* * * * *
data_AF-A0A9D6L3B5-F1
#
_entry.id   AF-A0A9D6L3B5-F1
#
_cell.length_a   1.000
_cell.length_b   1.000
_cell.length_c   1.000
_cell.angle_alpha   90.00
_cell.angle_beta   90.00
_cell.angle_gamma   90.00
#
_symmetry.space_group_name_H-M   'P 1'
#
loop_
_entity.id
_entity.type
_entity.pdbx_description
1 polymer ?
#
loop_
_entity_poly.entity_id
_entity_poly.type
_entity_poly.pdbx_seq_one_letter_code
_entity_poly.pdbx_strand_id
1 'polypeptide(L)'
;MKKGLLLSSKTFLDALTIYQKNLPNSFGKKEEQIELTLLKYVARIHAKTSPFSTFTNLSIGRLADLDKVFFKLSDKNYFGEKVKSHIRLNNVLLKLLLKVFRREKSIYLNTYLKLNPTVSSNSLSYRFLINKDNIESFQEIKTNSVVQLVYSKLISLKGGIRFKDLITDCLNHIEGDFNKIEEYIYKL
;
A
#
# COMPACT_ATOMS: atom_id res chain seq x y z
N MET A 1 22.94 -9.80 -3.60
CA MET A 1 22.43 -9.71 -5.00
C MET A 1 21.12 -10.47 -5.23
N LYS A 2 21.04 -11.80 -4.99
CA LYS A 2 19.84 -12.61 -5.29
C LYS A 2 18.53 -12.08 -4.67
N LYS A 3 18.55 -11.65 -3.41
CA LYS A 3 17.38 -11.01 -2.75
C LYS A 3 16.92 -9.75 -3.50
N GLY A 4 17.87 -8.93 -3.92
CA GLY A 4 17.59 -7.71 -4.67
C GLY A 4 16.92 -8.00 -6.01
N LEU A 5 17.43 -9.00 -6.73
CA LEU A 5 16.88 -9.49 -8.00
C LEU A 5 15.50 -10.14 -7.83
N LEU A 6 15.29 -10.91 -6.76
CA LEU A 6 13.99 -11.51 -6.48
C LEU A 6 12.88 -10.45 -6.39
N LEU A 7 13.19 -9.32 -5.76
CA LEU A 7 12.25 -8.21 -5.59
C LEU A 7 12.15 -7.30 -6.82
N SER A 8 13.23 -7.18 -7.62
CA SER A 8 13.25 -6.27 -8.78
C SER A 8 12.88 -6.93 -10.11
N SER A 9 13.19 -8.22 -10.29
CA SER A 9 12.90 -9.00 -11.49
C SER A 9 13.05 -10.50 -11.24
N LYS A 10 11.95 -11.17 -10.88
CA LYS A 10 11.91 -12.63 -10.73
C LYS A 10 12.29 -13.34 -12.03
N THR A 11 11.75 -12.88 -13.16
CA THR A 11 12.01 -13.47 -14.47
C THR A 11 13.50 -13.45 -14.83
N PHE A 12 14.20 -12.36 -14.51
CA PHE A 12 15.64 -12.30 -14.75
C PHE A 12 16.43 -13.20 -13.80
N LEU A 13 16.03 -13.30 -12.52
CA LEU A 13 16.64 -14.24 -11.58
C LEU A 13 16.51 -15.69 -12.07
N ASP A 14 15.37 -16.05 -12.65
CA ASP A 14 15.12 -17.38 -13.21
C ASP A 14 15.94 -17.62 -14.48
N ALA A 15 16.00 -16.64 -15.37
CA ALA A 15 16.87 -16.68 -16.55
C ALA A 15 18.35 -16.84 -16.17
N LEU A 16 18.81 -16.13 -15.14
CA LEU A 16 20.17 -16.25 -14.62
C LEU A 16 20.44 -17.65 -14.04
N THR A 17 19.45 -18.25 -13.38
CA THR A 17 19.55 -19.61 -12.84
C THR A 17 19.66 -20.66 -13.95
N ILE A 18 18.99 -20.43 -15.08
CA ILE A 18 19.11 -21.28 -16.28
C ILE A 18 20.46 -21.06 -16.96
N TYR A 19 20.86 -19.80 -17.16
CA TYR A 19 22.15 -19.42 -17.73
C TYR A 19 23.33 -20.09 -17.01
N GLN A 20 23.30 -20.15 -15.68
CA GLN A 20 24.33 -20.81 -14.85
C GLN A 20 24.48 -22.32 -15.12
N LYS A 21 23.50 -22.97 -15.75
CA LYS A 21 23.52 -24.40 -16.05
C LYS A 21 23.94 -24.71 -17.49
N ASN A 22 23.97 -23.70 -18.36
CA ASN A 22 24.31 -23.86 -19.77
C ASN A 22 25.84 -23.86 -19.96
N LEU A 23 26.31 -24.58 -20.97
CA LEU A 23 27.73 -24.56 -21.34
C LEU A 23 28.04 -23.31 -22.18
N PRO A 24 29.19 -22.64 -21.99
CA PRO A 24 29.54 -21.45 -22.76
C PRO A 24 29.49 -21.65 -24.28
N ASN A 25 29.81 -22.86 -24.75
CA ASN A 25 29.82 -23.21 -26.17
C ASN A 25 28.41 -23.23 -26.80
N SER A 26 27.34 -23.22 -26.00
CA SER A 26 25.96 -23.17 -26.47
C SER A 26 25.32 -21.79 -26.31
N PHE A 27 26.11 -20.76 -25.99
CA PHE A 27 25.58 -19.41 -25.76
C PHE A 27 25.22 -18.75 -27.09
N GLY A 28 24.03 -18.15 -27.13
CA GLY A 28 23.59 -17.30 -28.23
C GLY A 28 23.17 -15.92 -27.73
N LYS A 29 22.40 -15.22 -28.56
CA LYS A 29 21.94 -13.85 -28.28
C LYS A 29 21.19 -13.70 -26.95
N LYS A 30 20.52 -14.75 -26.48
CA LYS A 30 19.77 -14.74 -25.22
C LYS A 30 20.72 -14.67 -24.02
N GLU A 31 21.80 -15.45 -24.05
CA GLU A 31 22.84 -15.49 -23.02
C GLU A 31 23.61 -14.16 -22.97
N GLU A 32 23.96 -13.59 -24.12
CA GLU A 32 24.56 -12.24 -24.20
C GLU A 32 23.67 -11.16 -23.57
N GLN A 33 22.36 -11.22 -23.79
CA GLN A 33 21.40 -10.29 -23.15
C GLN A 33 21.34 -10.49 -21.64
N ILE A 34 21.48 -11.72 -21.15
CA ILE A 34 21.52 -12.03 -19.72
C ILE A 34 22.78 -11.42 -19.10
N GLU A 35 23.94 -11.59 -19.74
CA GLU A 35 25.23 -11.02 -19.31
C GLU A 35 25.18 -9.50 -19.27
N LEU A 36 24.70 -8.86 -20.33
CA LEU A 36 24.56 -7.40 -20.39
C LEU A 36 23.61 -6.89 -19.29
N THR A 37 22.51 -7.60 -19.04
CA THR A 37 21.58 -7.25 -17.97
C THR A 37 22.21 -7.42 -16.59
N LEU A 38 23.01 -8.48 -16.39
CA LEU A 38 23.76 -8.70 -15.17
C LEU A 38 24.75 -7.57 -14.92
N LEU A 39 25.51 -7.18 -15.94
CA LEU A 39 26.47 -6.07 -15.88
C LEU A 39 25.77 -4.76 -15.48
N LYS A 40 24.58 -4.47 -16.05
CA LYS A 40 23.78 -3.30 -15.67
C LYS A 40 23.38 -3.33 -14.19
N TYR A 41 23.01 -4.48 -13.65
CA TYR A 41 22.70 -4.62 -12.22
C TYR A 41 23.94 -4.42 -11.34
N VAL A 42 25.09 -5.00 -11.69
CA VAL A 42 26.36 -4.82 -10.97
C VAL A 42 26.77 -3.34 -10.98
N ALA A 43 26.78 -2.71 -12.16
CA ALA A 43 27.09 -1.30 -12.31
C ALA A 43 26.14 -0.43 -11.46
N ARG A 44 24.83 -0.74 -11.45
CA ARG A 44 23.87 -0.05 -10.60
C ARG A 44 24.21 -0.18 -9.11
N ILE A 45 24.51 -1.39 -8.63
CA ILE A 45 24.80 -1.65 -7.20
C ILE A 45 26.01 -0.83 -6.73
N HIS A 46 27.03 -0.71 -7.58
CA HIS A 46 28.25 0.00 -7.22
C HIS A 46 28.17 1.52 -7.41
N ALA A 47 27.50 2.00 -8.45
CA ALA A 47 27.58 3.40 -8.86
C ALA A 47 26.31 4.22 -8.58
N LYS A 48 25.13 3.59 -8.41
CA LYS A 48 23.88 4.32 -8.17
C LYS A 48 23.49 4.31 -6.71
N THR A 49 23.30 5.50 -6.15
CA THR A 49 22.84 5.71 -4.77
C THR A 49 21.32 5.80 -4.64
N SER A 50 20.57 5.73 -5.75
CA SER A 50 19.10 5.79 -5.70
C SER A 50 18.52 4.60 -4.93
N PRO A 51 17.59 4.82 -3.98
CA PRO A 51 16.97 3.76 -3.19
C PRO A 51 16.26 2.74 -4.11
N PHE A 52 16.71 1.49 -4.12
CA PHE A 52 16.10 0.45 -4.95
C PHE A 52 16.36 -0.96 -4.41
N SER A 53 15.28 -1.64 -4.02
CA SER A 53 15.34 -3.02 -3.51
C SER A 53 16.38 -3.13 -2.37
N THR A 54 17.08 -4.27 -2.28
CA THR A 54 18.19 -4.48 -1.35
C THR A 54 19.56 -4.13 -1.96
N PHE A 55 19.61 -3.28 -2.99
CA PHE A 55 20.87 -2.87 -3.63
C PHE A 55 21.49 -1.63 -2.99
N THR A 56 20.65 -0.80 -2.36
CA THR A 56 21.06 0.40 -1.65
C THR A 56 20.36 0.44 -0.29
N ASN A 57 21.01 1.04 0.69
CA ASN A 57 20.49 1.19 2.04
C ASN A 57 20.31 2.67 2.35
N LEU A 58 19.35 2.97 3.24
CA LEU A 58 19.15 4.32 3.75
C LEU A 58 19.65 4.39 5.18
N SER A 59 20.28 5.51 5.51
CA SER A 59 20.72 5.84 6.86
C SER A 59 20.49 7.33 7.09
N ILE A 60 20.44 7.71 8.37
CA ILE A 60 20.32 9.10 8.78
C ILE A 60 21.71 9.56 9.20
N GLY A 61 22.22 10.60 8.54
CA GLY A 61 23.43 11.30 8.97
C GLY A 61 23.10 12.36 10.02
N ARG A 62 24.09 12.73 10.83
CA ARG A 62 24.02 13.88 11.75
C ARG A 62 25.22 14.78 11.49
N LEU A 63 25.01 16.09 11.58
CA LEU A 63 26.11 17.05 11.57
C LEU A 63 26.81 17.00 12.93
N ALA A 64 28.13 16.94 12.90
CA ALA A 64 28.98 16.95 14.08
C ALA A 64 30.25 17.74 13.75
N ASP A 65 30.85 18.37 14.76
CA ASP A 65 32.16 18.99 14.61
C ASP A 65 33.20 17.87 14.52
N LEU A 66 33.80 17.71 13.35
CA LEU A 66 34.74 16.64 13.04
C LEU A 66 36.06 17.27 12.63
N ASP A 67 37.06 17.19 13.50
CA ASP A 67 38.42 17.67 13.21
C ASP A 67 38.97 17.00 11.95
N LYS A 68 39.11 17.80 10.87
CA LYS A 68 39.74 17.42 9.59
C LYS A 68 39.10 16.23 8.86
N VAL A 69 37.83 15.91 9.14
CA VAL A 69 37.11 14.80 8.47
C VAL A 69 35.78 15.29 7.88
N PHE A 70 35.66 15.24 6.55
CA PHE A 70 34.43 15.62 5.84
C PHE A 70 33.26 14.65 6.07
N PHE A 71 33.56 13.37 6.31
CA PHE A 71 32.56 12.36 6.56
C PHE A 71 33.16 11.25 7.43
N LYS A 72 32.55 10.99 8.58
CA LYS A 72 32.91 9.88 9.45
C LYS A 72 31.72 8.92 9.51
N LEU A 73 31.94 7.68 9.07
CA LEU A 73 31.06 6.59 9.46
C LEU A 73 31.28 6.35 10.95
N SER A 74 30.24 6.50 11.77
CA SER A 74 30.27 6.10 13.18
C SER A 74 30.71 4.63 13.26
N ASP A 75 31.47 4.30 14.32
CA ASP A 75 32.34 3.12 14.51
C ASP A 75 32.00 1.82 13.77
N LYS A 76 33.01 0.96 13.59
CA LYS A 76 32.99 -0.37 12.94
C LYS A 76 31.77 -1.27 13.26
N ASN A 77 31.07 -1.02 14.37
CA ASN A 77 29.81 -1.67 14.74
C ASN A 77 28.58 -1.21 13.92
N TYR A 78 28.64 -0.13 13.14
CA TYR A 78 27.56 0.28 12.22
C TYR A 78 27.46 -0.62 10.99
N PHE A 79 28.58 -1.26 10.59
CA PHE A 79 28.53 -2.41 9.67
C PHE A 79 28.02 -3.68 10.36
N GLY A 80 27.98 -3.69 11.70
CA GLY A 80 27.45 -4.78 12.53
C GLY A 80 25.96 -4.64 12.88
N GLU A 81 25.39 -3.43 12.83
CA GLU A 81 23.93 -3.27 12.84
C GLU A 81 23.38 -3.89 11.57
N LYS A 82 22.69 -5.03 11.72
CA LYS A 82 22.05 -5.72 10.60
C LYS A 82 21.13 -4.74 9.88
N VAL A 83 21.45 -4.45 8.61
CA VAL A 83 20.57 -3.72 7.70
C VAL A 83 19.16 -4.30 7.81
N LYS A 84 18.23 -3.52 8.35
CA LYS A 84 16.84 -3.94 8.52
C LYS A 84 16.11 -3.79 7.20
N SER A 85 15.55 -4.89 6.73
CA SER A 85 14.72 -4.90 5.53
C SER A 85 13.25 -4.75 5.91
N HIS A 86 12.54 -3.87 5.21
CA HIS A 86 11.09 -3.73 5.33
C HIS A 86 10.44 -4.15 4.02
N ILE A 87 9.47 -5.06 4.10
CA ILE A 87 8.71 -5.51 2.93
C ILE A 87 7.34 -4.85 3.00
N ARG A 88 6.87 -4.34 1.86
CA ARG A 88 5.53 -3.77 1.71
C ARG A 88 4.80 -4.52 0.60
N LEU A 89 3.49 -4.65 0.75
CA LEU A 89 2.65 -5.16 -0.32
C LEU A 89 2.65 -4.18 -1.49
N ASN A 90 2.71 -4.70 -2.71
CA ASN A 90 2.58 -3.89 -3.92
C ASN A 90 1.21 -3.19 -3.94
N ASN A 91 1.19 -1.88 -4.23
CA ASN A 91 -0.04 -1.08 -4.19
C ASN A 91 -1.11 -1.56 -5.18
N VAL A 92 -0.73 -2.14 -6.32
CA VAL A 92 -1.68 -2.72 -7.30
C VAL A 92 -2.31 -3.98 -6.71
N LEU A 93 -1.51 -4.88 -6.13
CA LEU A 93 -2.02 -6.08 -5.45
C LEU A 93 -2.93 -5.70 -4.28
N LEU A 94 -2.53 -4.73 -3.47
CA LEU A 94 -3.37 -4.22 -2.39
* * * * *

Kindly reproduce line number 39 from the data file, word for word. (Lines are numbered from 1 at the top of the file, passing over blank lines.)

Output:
C LYS A 3 16.92 -9.75 -3.50